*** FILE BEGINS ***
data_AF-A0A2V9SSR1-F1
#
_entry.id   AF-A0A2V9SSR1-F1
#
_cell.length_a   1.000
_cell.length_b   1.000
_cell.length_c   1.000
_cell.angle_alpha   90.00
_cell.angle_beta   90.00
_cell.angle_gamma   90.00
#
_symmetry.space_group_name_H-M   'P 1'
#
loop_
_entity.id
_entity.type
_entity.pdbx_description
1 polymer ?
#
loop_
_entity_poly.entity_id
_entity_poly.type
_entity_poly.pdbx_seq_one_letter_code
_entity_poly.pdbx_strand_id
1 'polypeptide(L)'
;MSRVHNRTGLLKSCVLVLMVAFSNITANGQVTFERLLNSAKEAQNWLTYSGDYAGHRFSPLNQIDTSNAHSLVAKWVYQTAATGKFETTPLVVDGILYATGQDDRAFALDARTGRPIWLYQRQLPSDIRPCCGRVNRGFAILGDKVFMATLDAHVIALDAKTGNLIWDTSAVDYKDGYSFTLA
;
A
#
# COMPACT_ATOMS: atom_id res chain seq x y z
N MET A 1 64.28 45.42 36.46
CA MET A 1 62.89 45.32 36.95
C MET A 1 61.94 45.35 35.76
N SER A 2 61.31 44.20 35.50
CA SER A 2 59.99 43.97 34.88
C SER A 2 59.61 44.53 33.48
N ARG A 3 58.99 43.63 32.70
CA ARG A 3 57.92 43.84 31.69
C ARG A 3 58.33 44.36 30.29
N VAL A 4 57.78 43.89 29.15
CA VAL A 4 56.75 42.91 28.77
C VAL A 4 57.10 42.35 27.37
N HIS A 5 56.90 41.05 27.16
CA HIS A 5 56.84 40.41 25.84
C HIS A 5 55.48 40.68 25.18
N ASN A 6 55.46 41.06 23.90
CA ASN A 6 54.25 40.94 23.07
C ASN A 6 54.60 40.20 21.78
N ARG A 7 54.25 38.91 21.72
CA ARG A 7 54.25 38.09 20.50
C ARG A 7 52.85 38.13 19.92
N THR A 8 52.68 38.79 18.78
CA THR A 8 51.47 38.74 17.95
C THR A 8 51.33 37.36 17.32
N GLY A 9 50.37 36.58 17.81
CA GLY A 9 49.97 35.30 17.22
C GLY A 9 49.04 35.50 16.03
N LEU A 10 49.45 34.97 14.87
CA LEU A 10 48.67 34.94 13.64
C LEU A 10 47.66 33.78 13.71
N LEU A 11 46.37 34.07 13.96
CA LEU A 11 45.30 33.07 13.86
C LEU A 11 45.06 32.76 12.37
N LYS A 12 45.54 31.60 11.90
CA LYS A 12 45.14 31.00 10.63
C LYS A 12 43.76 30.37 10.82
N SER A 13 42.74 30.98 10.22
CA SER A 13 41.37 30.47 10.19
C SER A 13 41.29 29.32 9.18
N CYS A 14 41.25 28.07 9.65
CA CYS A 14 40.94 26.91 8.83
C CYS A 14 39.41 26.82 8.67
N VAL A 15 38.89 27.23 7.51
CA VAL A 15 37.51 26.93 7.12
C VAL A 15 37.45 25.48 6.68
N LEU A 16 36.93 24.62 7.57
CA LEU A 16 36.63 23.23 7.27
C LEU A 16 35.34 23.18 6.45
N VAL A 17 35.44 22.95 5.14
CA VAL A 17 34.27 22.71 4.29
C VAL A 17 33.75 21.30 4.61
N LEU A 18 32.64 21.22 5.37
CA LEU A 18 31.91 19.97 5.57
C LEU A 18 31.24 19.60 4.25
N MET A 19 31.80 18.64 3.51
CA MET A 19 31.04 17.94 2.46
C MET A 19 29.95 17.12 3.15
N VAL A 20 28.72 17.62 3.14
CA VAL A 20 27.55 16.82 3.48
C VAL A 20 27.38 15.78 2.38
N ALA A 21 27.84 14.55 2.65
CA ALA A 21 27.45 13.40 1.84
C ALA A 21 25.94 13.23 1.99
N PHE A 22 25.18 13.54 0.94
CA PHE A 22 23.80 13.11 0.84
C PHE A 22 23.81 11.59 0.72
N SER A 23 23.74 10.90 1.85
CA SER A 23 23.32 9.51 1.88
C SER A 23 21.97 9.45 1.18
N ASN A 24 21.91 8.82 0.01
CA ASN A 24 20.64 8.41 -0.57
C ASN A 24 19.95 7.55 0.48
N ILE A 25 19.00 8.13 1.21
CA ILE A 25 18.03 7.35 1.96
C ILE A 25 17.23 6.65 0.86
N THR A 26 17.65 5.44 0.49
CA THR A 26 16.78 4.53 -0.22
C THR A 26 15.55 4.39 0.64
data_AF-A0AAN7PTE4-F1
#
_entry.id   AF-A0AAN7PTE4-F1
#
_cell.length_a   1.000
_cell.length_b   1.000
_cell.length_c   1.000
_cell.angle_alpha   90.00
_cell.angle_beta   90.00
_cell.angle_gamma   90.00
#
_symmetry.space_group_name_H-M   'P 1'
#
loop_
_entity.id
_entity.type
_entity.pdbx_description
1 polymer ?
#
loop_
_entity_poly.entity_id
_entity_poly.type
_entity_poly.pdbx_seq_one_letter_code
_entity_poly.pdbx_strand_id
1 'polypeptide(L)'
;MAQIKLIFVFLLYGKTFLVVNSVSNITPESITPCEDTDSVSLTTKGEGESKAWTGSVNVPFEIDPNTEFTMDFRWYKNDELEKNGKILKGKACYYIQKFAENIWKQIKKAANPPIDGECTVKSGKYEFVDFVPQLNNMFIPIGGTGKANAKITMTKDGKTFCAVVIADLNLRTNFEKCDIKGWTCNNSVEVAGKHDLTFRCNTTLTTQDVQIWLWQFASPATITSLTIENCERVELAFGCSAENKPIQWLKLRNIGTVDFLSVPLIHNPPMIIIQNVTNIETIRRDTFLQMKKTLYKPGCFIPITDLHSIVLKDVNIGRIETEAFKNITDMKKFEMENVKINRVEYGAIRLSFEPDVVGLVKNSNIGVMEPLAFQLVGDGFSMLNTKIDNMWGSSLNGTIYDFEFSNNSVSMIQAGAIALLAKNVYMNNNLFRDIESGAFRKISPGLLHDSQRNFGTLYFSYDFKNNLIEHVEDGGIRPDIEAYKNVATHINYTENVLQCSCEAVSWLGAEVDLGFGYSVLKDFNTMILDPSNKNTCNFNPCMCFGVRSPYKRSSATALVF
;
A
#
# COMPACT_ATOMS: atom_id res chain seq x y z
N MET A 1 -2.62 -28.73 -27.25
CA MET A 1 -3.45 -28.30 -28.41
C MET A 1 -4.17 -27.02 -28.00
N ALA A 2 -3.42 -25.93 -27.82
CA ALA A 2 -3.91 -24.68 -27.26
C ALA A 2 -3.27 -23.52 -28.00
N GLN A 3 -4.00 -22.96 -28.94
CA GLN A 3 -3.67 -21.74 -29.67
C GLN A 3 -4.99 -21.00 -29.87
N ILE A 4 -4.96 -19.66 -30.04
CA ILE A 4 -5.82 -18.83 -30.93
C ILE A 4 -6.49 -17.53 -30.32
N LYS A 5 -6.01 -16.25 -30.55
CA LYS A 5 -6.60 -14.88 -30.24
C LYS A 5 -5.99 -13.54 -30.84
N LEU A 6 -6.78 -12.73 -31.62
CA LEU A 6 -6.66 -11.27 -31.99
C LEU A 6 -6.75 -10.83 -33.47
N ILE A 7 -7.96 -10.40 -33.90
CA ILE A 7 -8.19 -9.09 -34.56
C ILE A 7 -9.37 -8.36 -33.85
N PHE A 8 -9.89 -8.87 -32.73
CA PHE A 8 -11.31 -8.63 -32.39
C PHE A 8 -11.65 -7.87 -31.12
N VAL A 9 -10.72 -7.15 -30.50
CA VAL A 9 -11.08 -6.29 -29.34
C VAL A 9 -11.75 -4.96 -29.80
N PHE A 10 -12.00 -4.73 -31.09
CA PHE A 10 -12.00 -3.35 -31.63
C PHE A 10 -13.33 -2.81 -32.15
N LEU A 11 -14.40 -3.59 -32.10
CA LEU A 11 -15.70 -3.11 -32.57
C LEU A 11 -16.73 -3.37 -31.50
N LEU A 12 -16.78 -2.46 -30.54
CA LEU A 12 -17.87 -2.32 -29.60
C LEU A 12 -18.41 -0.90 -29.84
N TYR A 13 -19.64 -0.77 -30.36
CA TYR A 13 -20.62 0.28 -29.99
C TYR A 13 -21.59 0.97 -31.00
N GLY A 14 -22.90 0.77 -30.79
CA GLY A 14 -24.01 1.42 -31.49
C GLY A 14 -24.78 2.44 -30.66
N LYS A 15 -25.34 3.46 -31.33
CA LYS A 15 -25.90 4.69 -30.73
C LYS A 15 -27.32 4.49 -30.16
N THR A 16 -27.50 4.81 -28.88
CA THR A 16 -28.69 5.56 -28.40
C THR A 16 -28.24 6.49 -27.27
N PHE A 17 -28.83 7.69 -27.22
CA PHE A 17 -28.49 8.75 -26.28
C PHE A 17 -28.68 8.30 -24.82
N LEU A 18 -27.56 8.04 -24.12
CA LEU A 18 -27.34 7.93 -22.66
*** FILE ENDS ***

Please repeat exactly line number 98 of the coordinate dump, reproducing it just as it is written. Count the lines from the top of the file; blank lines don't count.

CA SER A 23 23.32 9.51 1.88